I have just got back from Brussels where I was taking part in a panel discussion on Big Data at the annual get together of the European Association of Communications Agencies (EACA).  One of the issues I raised was that the amount of data out there was about to explode on account of the fact that things, not just people, were now becoming connected to it.  In the Big Data context I called this ‘the kettles that spy on your life’ – for this, essentially, is what happens when we connect things to the internet: they become spies, either on your  life specifically or on life in general.

I was first introduced to this idea about 18 months ago when I saw a presentation by Andy Hobsbawn at the Social Media Influence conference.  Andy was an enthusiastic supporter of the idea and one of the possibilities he suggested was what might happen when jeans, or other items of clothing, acquire an internet identity.  As soon as he said this the thought that flashed into my mind, however, was not ‘how intriguing’, it was ‘oh, my God’.  The whole thing seemed to be a terrifying prospect, not just the ability of these things to become spies but also the multiplicity of issues that might emerge when we start to give things independent identities and personalities that interact with our own.  Does this mean we will have to start giving things rights for example?  We are having enough difficulties dealing with issues like our own rights to privacy and data protection in relation to Big Data as it is (one of the issues also discussed at the EACA event), let alone dealing with our items of clothing – underwear, data and privacy: welcome to the Internet of Thongs.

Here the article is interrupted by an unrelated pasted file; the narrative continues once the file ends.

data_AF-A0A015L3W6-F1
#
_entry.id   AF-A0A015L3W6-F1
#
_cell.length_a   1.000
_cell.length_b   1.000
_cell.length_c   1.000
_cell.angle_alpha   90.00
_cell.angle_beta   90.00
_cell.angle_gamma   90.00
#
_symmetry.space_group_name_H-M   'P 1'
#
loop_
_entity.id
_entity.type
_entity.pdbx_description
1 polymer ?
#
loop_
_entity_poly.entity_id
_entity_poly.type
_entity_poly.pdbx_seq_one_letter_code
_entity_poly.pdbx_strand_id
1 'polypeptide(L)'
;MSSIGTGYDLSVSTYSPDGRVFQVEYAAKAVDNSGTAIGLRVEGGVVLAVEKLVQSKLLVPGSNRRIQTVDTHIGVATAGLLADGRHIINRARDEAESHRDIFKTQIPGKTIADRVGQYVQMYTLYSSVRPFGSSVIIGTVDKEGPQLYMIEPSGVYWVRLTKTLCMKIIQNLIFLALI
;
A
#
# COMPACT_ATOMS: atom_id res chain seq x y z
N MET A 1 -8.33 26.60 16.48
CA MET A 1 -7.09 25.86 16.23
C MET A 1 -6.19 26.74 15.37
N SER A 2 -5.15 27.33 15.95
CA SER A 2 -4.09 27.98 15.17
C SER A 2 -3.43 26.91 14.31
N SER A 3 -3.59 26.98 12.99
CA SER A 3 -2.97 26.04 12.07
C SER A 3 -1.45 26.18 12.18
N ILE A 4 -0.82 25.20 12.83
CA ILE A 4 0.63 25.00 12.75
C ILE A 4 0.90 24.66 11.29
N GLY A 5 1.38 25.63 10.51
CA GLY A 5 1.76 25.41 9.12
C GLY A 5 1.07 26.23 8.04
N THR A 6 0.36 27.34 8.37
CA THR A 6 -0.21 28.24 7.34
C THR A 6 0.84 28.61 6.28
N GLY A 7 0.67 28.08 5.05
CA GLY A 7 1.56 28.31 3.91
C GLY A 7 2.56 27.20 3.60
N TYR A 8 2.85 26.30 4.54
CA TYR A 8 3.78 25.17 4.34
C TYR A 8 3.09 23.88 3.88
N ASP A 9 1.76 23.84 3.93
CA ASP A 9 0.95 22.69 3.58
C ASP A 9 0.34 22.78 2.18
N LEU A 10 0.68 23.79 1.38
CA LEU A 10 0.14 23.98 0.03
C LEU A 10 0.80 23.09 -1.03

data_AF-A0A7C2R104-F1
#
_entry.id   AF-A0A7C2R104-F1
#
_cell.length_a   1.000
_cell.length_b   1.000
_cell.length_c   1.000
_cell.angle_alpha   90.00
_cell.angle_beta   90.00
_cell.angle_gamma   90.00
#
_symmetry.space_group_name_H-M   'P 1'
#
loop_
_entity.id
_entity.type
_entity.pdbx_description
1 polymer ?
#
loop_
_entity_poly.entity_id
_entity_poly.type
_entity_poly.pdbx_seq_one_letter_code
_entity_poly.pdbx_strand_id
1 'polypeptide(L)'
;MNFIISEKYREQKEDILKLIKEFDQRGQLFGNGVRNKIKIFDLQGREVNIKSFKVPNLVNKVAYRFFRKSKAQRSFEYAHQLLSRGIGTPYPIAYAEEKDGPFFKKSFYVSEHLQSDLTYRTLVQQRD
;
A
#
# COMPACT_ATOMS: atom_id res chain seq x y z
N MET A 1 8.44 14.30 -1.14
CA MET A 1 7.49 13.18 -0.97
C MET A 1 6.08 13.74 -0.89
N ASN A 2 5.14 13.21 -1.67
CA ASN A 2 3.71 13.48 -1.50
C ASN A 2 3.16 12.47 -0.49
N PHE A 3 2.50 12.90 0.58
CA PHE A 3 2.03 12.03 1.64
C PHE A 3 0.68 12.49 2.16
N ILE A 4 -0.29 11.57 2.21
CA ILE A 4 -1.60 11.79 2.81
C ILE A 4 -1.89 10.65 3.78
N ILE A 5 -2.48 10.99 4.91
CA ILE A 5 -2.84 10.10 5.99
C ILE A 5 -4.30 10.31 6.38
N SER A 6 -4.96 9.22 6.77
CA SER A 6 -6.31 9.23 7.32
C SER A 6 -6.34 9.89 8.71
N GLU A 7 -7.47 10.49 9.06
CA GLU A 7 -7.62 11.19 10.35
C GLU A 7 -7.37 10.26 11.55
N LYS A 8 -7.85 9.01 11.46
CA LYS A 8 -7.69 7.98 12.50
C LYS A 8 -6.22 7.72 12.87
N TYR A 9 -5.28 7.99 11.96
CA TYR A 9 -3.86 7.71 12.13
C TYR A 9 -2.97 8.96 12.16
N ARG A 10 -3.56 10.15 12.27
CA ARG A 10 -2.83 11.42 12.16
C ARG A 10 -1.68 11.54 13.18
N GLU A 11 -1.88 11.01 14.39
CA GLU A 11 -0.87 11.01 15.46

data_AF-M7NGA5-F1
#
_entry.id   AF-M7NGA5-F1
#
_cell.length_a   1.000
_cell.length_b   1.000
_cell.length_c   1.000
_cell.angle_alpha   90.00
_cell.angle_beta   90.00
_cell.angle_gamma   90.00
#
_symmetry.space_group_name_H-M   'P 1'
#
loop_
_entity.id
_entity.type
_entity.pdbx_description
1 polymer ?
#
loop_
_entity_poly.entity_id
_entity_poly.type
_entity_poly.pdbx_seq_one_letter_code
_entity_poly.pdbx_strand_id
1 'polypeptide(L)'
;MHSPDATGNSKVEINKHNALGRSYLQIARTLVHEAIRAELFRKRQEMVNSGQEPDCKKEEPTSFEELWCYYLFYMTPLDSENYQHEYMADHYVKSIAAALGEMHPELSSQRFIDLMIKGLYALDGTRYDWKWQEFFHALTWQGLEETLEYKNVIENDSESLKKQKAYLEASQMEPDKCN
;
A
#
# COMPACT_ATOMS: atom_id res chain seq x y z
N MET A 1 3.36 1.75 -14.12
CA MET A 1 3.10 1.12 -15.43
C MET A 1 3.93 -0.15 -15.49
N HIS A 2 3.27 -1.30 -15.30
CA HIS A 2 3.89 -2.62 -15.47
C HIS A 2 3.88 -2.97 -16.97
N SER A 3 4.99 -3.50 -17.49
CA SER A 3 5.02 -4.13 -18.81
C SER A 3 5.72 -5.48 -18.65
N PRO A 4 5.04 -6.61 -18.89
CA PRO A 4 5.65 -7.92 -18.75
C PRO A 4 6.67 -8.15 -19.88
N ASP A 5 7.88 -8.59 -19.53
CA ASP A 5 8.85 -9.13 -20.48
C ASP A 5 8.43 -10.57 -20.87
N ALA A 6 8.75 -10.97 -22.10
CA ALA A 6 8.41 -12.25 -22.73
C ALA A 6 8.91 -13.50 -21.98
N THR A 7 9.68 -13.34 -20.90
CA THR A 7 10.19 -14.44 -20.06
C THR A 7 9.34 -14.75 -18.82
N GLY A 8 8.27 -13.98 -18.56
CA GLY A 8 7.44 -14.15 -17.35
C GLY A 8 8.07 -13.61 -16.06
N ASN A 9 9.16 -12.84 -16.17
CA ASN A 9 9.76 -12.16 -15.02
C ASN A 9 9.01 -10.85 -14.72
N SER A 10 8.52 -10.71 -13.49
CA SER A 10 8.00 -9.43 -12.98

Joking aside, the fact that things will join us on the internet as producers and quite possibly consumers of data clearly re-inforces what I already believe, which is that we are not going to solve this privacy and data protection thing by looking at initial sources of the data, because otherwise we will end up giving rights to our underwear and asking its consent.  The answer has to lie in controlling how data is used, not by controlling the way in which it is sourced.